That said, just 5% of graduating Wyoming students took the SAT. Experts say such a low turnout can artificially push a state's average higher, as it typically means only the best students took the test.

Still, Martinez-Aleman theorizes Wyoming scored well in general partly because of the state's small population, which makes it easier to generously fund public schools on a per-student basis.

She also says rural states have few big-city school districts, "and that's a big advantage in many ways. The larger a school system is, the more complex and expensive it'll be -- and you might not get good results."

Fourth-smartest state in America: Utah

Just 16.3% of Utah high schoolers watch three hours or more of TV per day -- the lowest rate nationwide.

The Beehive State also ties Iowa for sixth place in terms of how many adults have high school degrees (90.6%).

Lastly, Utah comes in 13th place in two other categories: the percentage of young people in college (68.1%) and average SAT math scores (566 -- a tie with Oklahoma).

Martinez-Aleman theorizes that just as with Wyoming, a small population makes it easier for Utah to spend lots of money per student.

But also like Wyoming, few Utah teens took the SAT this year -- just 6% of graduating high schoolers. As noted, that can skew a state's average score upward.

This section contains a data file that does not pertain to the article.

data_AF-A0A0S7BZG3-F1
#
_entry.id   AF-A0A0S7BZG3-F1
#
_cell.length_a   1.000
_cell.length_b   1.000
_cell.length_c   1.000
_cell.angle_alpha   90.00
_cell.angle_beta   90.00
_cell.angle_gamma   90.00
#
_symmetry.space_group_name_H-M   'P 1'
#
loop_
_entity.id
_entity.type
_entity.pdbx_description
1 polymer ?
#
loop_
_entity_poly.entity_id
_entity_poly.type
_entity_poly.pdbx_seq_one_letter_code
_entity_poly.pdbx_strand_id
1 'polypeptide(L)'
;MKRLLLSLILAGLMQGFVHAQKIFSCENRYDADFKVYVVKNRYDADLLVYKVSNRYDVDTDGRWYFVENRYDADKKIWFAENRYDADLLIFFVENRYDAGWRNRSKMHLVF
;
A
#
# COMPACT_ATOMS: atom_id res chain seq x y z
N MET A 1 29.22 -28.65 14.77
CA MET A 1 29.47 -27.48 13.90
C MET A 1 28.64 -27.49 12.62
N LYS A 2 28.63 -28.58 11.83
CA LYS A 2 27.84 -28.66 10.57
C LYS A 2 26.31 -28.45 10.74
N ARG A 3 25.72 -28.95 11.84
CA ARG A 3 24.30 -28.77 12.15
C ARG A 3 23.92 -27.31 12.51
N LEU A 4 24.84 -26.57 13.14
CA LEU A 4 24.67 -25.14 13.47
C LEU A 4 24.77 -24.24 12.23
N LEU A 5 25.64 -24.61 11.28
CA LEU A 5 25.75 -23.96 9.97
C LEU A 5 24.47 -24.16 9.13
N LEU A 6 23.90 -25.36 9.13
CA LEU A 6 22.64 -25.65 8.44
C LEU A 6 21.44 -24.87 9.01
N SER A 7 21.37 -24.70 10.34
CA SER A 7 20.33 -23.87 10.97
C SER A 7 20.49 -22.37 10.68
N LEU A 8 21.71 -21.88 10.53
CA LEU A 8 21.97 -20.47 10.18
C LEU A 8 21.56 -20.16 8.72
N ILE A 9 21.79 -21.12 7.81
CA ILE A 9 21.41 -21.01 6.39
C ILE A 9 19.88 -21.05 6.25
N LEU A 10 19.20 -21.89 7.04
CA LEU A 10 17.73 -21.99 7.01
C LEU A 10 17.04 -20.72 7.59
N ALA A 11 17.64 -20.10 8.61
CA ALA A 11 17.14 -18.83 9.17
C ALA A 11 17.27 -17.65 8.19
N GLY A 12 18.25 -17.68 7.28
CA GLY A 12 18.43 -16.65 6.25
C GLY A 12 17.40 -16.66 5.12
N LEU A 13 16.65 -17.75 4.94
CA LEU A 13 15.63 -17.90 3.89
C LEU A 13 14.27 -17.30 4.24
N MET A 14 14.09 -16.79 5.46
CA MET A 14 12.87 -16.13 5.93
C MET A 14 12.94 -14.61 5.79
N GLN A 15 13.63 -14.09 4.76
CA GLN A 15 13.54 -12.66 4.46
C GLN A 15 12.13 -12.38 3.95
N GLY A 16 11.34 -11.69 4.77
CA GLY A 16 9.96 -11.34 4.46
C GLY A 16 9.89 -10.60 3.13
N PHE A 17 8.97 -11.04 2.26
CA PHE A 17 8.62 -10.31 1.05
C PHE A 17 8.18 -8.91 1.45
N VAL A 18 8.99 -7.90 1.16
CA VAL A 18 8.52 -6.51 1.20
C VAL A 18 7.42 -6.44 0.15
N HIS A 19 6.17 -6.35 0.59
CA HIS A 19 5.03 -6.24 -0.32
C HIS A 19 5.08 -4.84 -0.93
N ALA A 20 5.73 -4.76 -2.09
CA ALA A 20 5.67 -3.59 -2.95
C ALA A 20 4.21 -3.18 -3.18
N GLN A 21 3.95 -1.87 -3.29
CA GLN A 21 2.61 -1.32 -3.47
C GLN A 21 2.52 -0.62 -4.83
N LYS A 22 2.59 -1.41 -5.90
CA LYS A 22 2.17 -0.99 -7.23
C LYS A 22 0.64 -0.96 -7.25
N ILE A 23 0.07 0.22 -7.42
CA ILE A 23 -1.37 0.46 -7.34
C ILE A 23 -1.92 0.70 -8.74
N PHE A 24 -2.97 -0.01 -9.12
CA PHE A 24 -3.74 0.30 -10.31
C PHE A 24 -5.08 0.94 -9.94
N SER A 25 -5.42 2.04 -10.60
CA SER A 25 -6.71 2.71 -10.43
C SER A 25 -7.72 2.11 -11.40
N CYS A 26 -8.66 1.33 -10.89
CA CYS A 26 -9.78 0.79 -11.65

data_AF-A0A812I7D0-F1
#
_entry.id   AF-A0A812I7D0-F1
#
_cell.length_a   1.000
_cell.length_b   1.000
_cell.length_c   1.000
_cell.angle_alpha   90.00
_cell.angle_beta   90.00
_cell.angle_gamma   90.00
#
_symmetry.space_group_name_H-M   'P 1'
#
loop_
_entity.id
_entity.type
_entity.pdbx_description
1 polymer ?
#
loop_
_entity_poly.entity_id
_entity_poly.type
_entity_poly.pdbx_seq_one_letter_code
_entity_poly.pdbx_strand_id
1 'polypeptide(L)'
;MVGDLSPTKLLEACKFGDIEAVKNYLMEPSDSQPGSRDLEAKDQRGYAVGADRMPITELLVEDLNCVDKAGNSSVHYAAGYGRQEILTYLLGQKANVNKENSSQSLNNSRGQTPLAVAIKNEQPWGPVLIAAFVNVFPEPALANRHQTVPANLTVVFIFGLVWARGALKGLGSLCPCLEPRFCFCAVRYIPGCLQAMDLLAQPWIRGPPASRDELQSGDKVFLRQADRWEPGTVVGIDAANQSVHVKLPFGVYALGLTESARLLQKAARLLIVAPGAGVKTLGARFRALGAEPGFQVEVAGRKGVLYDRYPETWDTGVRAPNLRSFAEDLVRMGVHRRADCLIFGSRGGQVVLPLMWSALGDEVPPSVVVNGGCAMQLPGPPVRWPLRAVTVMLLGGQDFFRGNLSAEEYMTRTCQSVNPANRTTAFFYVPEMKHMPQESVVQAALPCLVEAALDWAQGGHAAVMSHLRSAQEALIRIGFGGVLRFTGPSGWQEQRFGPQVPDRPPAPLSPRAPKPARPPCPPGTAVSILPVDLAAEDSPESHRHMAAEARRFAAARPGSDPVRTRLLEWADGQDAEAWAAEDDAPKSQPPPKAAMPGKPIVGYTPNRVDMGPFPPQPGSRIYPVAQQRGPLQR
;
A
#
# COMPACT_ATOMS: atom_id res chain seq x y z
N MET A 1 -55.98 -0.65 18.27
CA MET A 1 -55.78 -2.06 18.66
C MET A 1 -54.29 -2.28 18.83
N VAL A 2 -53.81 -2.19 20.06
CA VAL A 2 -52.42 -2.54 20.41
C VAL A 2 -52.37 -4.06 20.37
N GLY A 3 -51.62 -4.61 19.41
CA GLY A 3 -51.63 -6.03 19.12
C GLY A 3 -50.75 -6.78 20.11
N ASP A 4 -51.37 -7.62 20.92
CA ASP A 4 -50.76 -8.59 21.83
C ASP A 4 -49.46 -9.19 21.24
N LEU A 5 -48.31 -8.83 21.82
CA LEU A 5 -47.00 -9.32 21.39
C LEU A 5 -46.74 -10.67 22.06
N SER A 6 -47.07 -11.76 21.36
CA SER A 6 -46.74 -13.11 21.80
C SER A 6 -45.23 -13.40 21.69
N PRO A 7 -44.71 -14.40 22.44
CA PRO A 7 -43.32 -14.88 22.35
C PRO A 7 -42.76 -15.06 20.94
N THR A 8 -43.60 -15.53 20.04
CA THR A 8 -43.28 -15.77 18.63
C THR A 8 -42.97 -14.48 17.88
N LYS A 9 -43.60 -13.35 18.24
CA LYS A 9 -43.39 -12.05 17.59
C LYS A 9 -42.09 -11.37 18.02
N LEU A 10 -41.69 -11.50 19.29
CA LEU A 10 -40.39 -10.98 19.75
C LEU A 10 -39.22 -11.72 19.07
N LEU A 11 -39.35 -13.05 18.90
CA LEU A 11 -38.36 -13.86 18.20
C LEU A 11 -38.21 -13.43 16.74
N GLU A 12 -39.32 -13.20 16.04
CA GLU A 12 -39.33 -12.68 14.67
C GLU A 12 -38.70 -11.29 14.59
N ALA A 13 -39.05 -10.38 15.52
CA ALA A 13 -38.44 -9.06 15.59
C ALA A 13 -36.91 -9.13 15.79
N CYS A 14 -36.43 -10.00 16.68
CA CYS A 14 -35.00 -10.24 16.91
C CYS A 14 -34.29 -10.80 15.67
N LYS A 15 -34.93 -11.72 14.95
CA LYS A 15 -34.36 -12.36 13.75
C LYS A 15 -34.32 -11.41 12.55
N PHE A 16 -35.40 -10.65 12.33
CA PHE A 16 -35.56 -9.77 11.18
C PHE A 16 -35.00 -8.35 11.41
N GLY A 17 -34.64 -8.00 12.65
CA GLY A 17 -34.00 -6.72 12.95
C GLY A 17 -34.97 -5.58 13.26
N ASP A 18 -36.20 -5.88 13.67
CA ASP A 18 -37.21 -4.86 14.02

Third-smartest state in America: Nebraska

The Cornhusker State knows a thing or two about raising a crop of kids who'll stay in school.

Just 9.6% of Nebraska's residents lack high school degrees -- America's seventh-best showing.

Some 71% of Nebraskan young adults also attend college (eighth place nationwide), while the state's high schoolers averaged 585 of the SAT math test -- also an eighth-place showing. (There are no figures available for TV watching among Cornhusker teens.)

Martinez-Aleman says large Midwest states such as Nebraska have long had a tradition of "good sound public education."

Still, the state's high average SAT math score probably benefited from the fact that just 5% of graduating students took the test this year.

Second-smartest state in America: Iowa

Iowa places third nationally in two of our criteria: the number of young people attending college (93.5%) and average SAT math scores (606 -- tying Minnesota, although just 3% of graduating Iowa students took the test).

Some 90.6% of Hawkeye State adults also have high school degrees. As noted, that ties Utah for the sixth-best rate nationwide. (There are no figures available for how many Iowa teens watch lots of TV.)

Martinez-Aleman taught at Iowa's Grinnell College for seven years and saw firsthand how strongly the state supports public schools.

"Iowa has a very long history of being very progressive regarding K-12 education," she says.

No. 1 smartest state in America: Minnesota

Minnesota is our study's valedictorian primarily because the state came in no lower than fourth place in any measure analyzed in which there were figures for the state available. (There are no statistics for heavy TV watching among Minnesota high schoolers.)

The North Star State placed second among the percentage of adults with high school degrees (91.8%), as well as fourth in terms of how many young adults there attend college (80.4%).

As noted, Minnesota also tied Iowa for third place on average SAT math scores -- garnering a 606, although just 7% of graduating Minnesotans took the test.

Martinez-Aleman isn't surprised the state topped our honor roll.

"Minnesota has always had a strong reputation of supporting public education," she says.